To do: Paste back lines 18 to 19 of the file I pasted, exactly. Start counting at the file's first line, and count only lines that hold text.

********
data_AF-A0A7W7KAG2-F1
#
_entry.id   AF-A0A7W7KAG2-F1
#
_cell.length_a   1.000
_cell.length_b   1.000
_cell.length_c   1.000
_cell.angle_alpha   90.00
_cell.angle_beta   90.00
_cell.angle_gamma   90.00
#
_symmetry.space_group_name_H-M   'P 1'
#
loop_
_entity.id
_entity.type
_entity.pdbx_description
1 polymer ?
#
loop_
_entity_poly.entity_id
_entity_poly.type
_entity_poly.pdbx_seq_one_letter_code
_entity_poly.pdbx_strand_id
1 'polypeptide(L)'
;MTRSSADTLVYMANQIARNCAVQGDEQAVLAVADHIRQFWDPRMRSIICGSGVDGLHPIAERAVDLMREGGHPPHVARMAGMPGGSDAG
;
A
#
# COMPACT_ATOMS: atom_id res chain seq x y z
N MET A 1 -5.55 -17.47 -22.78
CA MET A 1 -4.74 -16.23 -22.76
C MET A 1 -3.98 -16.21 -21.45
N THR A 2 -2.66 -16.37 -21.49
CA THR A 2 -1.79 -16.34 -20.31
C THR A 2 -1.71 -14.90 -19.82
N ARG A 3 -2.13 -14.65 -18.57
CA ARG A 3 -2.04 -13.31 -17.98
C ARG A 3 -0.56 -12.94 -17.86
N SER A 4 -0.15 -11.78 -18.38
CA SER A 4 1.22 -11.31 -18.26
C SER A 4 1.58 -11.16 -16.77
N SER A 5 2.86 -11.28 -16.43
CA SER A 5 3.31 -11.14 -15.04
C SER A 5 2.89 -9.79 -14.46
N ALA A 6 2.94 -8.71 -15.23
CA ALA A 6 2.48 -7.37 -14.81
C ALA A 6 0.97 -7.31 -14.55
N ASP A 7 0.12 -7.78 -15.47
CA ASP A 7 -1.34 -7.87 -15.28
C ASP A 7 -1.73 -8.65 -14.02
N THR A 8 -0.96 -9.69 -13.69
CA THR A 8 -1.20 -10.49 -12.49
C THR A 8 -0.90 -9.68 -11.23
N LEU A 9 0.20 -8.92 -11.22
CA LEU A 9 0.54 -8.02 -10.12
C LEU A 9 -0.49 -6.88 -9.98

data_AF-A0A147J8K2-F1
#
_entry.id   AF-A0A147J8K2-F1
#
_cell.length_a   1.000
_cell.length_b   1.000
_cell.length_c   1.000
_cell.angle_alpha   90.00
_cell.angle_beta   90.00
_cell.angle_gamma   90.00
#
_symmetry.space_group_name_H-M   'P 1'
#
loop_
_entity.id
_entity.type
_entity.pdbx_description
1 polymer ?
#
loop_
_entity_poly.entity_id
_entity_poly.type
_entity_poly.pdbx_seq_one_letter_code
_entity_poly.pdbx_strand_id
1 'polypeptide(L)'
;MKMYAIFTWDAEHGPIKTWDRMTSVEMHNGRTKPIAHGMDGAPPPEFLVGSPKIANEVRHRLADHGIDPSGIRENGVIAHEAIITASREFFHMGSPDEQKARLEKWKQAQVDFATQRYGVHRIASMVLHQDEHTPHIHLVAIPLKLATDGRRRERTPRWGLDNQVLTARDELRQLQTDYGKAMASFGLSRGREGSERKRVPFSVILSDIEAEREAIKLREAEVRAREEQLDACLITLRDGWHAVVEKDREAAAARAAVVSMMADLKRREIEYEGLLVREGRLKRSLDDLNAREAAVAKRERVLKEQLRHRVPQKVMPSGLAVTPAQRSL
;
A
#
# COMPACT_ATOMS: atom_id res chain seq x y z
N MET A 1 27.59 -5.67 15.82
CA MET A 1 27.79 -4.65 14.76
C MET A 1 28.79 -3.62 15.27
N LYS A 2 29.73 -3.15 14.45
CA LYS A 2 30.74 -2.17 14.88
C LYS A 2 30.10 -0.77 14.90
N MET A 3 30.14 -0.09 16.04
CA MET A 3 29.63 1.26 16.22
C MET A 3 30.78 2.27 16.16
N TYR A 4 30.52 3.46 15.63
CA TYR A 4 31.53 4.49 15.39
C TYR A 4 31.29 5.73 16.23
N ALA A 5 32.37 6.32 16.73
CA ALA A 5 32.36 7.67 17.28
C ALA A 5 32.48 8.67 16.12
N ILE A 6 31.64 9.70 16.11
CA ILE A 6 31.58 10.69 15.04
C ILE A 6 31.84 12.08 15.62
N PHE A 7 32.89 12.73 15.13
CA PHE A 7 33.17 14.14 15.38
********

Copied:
1 polymer ?
#